It’s 7am and you find yourself sipping a coffee while wandering the inside of an almost-empty convention center. You’re sizing up the booth branded with your company logo and information; comparing it to your competitor’s booth two rows over. You’re confident that the advancements to your product this year have put you a cut above the rest. Your team has worked tirelessly on presenting everything in a simple, informative, and eye-catching manner. You’re wondering if you’ll get more foot traffic than last year. You’ve got an hour before doors open to tweak the arrangement of your pamphlets, fret about a missing extension cord, and prepare for the whirlwind to come. Yes, it’s time for another trade show.
Every year, nearly 21 million people attend trade shows, conferences, and conventions. That is such enormous opportunity for new business! Looking at the figures, it just makes sense to participate. Events like this are a great way for companies to promote themselves while providing a face behind the name. Since travelling for business is such a vital part of generating new revenue (on average – $9.50 in return for every $1.00 invested), getting yourself and your team together for a presence at a trade show is just another one of those vital costs of doing business.
The keys to making these types of events profitable are managing your time, your expectations, and your costs. So let’s take a look at those in a bit more detail.
Manage your time by making every moment and interaction count. Nexonia is a firm believer that time is money, so that’s why this is first on the list. Working the floor of a trade show reminds many employees of when they first cut their teeth in sales – possibly walking retail floors in search of their next commission. When you consider that more than 80% of attendees for these events have some kind of buying power, it is incredibly vital to bring your ‘A’ game. Many people come to do business, and that’s why more than half of all qualified sales leads from events are closed without an additional in-person visit. Nearly everyone there is a potential new customer, so it is best to treat them as such. In short: hit the ground running hard and fast.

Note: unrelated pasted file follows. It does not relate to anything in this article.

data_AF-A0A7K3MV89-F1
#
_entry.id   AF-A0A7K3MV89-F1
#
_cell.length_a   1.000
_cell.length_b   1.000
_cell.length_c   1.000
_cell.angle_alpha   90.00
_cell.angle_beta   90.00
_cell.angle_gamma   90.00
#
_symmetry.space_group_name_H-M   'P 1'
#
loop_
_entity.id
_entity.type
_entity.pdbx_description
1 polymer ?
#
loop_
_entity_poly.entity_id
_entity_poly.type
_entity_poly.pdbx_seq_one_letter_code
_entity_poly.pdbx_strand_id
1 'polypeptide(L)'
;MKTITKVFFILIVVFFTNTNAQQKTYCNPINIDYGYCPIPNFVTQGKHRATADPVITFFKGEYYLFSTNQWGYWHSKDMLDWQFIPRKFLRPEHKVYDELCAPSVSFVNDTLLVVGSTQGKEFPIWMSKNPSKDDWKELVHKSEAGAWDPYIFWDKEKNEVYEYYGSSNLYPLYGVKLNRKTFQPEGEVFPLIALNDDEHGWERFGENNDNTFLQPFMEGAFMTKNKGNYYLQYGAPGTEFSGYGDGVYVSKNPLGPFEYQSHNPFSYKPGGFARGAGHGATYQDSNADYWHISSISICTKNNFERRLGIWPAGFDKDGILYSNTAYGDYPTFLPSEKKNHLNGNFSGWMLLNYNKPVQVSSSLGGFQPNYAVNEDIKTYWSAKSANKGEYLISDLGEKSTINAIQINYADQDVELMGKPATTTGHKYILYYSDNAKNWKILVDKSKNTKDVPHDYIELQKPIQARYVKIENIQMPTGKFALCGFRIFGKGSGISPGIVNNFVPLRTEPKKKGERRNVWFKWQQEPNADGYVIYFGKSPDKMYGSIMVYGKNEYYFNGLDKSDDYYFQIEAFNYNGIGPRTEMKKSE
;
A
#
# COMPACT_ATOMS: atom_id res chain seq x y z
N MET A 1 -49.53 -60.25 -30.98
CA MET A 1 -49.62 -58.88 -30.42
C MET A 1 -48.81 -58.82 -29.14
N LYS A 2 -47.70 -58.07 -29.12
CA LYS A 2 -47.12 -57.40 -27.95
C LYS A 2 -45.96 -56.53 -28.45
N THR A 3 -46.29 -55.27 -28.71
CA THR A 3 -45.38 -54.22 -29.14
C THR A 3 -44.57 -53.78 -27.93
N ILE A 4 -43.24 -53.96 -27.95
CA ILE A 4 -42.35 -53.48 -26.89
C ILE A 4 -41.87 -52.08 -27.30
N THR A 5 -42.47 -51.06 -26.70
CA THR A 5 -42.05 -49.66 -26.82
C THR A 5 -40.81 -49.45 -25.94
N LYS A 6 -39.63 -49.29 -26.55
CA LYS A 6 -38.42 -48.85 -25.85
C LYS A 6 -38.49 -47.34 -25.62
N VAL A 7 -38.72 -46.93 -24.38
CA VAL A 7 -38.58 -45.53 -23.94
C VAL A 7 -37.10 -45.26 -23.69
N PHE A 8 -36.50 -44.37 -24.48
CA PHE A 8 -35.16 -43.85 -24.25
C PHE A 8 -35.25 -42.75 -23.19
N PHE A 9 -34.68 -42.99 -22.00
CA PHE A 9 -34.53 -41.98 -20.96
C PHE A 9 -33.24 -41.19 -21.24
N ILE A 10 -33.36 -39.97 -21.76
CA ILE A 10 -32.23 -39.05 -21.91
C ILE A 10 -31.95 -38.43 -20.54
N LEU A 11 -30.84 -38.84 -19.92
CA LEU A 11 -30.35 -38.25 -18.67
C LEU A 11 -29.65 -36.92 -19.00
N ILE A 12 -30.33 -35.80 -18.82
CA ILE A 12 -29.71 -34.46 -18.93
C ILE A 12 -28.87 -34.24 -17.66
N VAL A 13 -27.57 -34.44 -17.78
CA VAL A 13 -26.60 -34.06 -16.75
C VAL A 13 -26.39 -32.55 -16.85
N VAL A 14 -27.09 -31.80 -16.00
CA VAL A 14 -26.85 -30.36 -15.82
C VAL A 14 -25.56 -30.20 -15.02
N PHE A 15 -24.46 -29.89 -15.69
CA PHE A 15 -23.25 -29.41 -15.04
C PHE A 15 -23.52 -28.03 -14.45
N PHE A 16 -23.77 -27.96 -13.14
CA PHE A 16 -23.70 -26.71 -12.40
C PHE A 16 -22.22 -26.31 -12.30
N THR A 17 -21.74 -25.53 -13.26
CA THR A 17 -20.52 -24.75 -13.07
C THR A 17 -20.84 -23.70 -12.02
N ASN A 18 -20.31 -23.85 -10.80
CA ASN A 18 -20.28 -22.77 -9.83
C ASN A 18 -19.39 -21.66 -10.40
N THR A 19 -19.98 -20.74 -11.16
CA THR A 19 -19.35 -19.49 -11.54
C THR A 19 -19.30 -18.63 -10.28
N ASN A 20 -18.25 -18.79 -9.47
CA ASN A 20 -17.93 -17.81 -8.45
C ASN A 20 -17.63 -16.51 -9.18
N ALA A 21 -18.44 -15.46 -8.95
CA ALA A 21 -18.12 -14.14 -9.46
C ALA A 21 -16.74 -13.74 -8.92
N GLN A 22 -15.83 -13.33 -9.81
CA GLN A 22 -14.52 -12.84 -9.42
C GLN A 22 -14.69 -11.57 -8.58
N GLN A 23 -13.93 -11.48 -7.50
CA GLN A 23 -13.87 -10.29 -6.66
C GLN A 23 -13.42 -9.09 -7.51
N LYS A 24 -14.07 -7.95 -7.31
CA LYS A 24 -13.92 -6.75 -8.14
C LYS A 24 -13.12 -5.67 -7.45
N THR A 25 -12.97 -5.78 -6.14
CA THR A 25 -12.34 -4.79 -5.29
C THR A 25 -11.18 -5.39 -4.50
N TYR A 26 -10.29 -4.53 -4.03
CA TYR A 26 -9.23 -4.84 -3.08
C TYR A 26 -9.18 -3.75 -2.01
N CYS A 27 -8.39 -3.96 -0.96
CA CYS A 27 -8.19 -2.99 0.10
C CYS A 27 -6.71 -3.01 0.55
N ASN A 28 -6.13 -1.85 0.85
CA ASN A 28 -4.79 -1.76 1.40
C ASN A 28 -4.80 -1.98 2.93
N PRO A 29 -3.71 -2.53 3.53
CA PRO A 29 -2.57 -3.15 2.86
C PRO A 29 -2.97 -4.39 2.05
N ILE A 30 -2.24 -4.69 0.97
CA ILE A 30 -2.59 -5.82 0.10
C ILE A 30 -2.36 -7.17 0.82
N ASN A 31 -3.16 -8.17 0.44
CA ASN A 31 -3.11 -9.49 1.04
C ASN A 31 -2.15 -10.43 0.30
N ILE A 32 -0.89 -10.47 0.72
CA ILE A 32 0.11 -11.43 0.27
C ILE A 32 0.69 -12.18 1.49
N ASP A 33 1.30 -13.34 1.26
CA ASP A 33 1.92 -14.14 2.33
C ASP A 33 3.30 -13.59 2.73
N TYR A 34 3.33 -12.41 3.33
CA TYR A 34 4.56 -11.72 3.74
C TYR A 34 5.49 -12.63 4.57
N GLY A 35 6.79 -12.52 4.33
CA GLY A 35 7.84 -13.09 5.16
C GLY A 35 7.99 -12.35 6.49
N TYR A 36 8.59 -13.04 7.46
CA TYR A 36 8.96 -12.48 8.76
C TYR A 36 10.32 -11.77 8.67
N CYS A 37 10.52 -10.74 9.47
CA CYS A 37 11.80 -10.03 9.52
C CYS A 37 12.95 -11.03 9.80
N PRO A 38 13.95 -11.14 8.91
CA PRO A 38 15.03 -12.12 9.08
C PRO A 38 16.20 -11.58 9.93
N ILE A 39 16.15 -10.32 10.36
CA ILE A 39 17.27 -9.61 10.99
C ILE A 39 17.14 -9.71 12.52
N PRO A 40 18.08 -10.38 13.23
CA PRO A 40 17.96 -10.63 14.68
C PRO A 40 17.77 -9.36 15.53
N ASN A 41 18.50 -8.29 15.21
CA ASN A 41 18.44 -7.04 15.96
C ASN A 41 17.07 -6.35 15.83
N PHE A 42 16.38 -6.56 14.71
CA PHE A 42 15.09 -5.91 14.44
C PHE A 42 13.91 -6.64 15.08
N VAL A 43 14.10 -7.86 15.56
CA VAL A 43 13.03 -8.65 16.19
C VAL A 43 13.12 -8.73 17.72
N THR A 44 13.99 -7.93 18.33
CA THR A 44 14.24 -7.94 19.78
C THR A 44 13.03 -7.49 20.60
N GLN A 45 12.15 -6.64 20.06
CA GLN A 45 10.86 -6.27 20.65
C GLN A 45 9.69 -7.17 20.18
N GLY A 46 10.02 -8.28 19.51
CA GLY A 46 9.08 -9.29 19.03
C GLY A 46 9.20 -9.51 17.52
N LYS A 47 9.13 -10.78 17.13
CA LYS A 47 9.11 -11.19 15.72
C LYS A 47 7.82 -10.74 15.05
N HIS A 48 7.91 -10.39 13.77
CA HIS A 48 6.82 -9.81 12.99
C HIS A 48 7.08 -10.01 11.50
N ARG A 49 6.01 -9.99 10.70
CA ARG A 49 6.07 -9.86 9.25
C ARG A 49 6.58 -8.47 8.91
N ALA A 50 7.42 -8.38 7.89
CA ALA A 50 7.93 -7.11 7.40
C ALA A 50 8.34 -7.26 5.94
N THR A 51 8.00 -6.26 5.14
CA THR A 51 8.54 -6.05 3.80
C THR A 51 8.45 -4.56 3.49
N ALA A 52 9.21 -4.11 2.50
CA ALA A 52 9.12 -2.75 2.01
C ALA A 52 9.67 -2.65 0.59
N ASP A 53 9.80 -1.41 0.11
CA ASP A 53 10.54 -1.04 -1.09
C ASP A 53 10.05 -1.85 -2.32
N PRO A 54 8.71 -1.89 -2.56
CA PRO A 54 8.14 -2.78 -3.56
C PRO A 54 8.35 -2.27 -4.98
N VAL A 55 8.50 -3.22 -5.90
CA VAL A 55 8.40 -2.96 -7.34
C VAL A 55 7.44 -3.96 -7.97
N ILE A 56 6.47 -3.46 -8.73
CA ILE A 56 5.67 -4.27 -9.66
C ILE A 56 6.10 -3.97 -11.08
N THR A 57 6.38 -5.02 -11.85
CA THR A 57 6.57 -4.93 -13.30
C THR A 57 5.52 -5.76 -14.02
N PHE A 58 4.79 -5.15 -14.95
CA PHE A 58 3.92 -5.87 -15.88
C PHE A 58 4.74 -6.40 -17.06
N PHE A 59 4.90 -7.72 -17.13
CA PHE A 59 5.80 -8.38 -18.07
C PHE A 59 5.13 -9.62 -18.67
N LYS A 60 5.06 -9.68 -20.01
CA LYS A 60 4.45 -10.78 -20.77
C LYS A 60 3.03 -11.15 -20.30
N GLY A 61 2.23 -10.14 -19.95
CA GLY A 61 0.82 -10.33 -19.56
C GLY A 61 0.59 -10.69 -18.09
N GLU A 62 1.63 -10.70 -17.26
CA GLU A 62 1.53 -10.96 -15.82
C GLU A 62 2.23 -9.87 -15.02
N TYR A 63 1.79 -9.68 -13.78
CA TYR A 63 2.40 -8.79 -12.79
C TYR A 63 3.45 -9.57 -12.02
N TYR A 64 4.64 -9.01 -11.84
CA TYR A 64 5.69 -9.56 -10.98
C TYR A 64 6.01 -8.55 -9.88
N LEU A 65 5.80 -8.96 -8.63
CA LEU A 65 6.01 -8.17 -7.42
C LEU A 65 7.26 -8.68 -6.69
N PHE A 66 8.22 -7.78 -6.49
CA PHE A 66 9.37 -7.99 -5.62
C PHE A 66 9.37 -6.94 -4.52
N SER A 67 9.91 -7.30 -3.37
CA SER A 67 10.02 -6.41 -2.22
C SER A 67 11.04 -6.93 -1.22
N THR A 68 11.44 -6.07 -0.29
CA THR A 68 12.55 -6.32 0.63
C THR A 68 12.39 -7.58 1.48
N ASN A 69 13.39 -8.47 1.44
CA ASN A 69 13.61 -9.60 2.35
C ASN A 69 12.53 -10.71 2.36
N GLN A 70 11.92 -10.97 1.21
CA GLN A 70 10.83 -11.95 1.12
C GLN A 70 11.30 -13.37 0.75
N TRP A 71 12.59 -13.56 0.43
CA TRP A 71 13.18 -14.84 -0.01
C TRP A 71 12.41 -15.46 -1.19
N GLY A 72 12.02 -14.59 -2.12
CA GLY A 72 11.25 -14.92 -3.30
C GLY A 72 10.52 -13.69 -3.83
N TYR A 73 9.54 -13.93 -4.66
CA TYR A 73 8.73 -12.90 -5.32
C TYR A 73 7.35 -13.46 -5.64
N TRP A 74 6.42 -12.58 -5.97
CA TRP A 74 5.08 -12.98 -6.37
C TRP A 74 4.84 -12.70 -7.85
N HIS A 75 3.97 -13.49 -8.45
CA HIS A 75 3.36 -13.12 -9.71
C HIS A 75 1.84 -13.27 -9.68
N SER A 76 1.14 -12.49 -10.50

Manage your expectations by realizing that while you may deal with hundreds (or thousands) of new leads that day, you’re not going to win them all. Your competitors are out there doing the same thing, trying to prove they can out-do you. That’s the nature of the whole dance, isn’t it? And keep in mind that you’re also much more likely to interest a small-to-medium sized business owner, rather than the financial head of a massive corporation. Sure, swing for the fences with big contracts – but keep in mind that the small ones do add up. And what’s much more valuable than any revenue, is that every additional customer is new potential word-of-mouth. Always remember that you’re at these events to build relationships above everything else.
Manage your costs by spending smart and tracking your business expenses. You can always find ways to save with any sort of business travel, but trade shows can bring on a lot of atypical costs. With additional materials and installations required, as well as the simple price of securing one of those coveted vendor spots, these opportunities do not come cheap. That’s why it’s important to keep your budget in mind – so that the line between associated costs and profit is that much easier to cross.
The digital age has given rise to an incredible new number of ways to connect. A business isn’t really a business anymore without an online presence. Social media has become such an important marketing tool that positions now exist solely for people with the ability to stay on trend and keep their company’s Twitter feed and Facebook presence fresh. Virtual meetings are so commonplace that some even fear the art of the handshake may suffer with the next generation of business executives. But it’s still impossible to imagine a world operating without that human element to business.
Considering how 92% of event attendees are specifically coming to see new products, and that 99% say they find “unique value” from trade shows that they would not get from other mediums, it really is one of the best possible ways to get noticed in an overcrowded marketplace. You’re face-to-face, demonstrating your product or service and answering the questions that matter to this very real potential customer, directly and personally. There is absolutely no substitute for that kind of exposure, or that kind of start to a business relationship.
So while it may be a hectic few days of plane rides, hotels, sales pitches and smiles – in the end, you’ll be glad you put the time and effort into attending a trade show. Potential profits aside, you’ve helped reinforce your brand by putting the faces of your employees behind the name of your company. And that is priceless.